Video Tapeworm


1973; $17.99-24.97; UR
Big Bea Arthur continues her drive as the progressive, liberal anti-Archie Bunker in this “All In the Family” spinoff with Bill Macy as her proud — and sometimes frightened — fourth hubby. The highlight of this set is the season-opening two-parter where Bill gets drunk and gives Maude a black eye! This starts a strong, comic, first of its kind conversation on the roots of domestic violence, resulting in a campaign to remove alcohol from their lives, and the way that friends and family react to this news. Macy, by the way, most recently did a U.S. TV cameo as Whiskey Pete in 2007’s “My Name Is Earl.”

2014; $29.94-39.99; UR
This Cinemax doctor-drama set in New York’s Knickerbocker Hospital at the opening of the 20th century is a much bigger hit in Europe than America. Why? Because U.S. audiences aren’t used to seeing fare this dark, intimate and exceptional on their TVs. Clive Owen leads a strong cast as the drug-addicted head doctor with the impossible task of treating rampant diseases without antibiotics, performing surgery without anesthetic and treating non-Caucasians before the word was even coined. Some of the more familiar faces include Grainger “Hell On Wheels” Hines, Katrina E. “Birdman” Perkins and André “Selma” Holland. Truly outstanding.


2014; $24.99; UR
This drama with the misleading sci-fi/horror title is actually a very personal look at modern Britains, particularly those who have been marginalized by the accepted joys of capitalism and consumerism over the supposedly lesser values of family and home. Barry Ward plays a lost alcoholic adult, adrift since his childhood farm was destroyed by cholera years earlier. Now the birth of his brother’s child sparks an interest to return home — or whatever might have risen from there — passing through the lives of old lovers along the way.

2014; $34.98-59.98; UR
This may seem to be just another Mecha — a tale of young people protecting the Earth in giant robot-suits — a genre that some feel has run its course. But the Mecha of today has matured to embrace not only adult emotions and desires, but the new terrors of bio-engineering, classic fringe topics such as Orgone Energy, and Western society’s demand that childhood be a time of preparation, not play. This series balances all those themes and more, while somehow projecting great joy and hope for the future, all told with excellent animation, believable characters and a smattering of comedy. What more could you want?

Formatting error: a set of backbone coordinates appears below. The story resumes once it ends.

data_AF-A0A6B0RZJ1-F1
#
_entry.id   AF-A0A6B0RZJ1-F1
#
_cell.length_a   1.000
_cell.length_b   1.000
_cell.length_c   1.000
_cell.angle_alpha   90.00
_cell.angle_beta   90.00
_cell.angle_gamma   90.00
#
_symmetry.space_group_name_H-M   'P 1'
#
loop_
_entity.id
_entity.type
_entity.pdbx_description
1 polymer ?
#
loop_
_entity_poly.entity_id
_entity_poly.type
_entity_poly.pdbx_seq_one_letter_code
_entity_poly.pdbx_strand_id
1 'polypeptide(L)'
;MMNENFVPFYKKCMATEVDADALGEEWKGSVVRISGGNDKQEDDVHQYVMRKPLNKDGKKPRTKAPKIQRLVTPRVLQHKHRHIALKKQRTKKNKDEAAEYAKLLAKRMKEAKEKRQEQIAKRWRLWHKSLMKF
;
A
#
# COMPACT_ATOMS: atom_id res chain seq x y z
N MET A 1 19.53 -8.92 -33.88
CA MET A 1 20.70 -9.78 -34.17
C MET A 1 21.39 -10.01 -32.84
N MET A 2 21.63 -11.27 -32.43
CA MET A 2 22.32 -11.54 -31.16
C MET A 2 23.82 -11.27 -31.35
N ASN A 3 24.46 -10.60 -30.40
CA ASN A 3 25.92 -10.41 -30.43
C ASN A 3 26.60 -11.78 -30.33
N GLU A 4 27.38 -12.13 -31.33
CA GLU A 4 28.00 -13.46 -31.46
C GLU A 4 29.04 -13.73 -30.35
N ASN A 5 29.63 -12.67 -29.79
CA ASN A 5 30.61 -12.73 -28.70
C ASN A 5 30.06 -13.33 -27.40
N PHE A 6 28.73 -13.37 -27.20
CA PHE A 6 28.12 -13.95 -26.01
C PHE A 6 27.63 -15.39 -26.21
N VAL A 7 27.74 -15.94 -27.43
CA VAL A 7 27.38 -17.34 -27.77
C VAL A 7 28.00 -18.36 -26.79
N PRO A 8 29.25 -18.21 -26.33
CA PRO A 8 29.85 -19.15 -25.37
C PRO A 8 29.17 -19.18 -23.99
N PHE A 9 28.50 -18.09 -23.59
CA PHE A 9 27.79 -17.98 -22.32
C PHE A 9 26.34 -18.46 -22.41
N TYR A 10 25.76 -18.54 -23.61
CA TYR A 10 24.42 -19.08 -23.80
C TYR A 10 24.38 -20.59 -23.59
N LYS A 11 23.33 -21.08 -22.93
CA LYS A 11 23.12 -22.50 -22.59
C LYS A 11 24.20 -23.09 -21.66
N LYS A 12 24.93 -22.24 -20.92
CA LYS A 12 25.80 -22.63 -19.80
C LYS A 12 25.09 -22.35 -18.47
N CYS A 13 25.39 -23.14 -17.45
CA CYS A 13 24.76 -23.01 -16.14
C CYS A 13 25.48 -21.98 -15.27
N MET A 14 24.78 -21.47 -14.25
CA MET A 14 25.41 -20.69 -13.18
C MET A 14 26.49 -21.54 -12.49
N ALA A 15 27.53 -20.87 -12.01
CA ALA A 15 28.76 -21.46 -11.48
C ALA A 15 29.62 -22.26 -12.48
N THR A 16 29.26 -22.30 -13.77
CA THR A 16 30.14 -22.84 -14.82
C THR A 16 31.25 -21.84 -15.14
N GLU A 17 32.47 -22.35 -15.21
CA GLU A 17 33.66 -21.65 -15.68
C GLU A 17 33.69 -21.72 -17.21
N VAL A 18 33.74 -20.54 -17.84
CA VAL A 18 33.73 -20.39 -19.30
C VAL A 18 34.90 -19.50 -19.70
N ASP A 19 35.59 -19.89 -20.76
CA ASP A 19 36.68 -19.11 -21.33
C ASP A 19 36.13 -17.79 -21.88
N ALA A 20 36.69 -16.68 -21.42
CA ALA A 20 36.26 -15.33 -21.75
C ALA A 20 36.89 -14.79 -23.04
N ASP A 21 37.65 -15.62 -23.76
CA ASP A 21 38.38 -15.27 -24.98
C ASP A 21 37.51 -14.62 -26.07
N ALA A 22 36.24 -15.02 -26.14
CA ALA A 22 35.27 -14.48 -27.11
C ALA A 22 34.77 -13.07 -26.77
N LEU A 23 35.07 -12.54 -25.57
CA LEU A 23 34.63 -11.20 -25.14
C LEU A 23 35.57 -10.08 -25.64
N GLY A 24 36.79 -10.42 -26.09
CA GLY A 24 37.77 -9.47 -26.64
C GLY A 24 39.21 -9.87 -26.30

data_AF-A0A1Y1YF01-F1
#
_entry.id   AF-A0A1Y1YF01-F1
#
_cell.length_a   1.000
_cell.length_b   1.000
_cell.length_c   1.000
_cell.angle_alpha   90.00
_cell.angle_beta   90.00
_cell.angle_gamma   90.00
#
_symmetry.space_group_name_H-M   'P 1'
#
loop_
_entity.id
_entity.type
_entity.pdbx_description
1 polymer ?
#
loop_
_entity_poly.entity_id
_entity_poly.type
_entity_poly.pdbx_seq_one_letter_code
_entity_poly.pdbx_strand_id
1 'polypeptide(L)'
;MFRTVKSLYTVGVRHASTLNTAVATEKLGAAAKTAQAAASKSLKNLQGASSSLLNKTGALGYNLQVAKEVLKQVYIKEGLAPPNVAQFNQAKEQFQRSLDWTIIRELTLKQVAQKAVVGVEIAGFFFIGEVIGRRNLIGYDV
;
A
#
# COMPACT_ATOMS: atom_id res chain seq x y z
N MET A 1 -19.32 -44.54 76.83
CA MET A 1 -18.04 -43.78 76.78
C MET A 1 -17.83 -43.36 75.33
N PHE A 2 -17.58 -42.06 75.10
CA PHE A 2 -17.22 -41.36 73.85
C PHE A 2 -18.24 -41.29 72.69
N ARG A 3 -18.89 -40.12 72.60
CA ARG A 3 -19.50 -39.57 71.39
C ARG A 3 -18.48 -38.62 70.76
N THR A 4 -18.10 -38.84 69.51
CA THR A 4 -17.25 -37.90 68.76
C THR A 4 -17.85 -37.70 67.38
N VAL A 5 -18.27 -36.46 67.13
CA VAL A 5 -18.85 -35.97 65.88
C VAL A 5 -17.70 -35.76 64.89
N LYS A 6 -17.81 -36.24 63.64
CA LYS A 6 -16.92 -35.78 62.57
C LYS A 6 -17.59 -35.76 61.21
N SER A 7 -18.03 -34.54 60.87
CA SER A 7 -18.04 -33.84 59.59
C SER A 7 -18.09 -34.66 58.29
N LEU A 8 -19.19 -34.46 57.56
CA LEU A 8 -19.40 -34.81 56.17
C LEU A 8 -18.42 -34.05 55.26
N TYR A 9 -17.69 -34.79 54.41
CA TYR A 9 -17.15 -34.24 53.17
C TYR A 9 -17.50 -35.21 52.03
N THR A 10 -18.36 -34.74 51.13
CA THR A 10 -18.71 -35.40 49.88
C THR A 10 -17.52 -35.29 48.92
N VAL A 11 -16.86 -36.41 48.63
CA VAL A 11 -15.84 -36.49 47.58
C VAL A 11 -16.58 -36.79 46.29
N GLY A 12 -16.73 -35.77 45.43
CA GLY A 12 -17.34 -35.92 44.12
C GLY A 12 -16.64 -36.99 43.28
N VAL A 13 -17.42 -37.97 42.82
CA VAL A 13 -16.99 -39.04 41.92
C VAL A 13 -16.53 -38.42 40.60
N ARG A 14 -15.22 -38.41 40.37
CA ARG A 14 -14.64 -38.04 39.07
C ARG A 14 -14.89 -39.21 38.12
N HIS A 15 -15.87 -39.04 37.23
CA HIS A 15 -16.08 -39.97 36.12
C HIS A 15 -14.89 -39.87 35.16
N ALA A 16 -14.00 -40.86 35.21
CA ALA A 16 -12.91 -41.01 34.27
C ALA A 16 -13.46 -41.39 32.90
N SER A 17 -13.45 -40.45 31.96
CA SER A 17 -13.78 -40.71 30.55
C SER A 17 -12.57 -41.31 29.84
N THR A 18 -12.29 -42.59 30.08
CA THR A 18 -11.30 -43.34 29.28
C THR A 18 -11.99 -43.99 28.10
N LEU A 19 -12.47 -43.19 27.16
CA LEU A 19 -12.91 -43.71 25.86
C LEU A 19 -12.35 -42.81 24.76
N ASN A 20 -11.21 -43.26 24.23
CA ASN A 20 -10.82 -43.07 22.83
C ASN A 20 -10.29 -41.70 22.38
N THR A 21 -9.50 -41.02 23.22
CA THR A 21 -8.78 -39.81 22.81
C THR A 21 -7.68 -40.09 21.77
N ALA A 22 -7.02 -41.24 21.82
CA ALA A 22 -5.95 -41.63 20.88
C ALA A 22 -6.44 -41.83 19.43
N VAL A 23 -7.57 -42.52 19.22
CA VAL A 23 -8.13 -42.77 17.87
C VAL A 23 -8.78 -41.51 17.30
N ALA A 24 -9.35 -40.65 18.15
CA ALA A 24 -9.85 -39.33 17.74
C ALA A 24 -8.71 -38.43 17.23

2014; $34.98-59.98; UR
We’ve mentioned this weirdly-popular volleyball-obsessed anime series before, and this second release (completing the first season) continues its odd journey. One might say that it captures the trials of young-adulthood through the teamwork and spirit of organized sports, but one would be missing the point: Adult life is really not as complicated, nor people as false, as they appear on the surface; the trick is to focus on who you are and who you want to be. Here, volleyball serves as a somewhat level playing field; the real drama is what the players bring onto the court with them. Or maybe we’re just full of pseudo-sociological bullcrap. Either way, this thing is damned entertaining.

2014; $12.98-26.98; UR
The latest in a recent string of German-made semi-historical Viking tales, this time following a band of rogues aiming to raid Britain, only to end up shipwrecked in Alba (Scotland). By pure dumb luck they capture the King’s daughter, whom they hope to exchange for a means of escape, only to find themselves in the crosshairs of the King’s merciless, mercenaries. Their last hope may be a sword-wielding Christian monk. Complete balderdash, to be sure, but damned entertaining.

2013; $14.98-29.98; UR
Jackie Chan (do we really need to go on?) returns to the franchise he created in 1985, this time as a tragic police captain who was never around while his daughter was growing up. She’s now an adult, and engaged to be married to a nightclub owner — whom Chan knows to be a vicious mobster! With Ye Liu from “The Chef, The Actor, The Scoundrel” as the fiancé, and ethereal Tian Jing, star of Chinese TV’s “An Epic of a Woman,” as the daughter. How can you pass on Jackie Chan?

1981; $17.96; UR
The eighth of 11 seasons in the sitcom lives of George and Louise Jeffersons, the black, one-time next door neighbors of bigotted Archie Bunker in “All In The Family.” Much of this season is spent exploring possible spin-offs, with multi-episode arcs for both maid Florence (Marla Gibbs), who goes to work at a posh hotel — until it burns down! — and the young-married couple, Lionel and Jenny (Mike Evans — replacing Damon Evans — and Berlinda Tolbert). They just don’t make ‘em like this anymore.

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2013; $24.98; UR
This fun little “man seeks woman” rom-com is a pleasant evening’s diversion, largely due to a great cast lead by Cary Elwes (most recently of “Psych”), Joey Lauren “Chasing Amy” Adams and Lisa Edelstein, who since “House M.D.” has been doing a lot of cartoon voice-overs and guest shots on “Castle” and “The Good Wife” when not starring in “Girlfriends’ Guide to Divorce.” Other notable players include former dance-movie hottie Briana Evigan, the great Karen Black, underused Caitlin Keats from “Kiss Of The Damned”, and redheaded steamer Ana Lucasey who played Casey on “The Secret Life of the American Teenager.”

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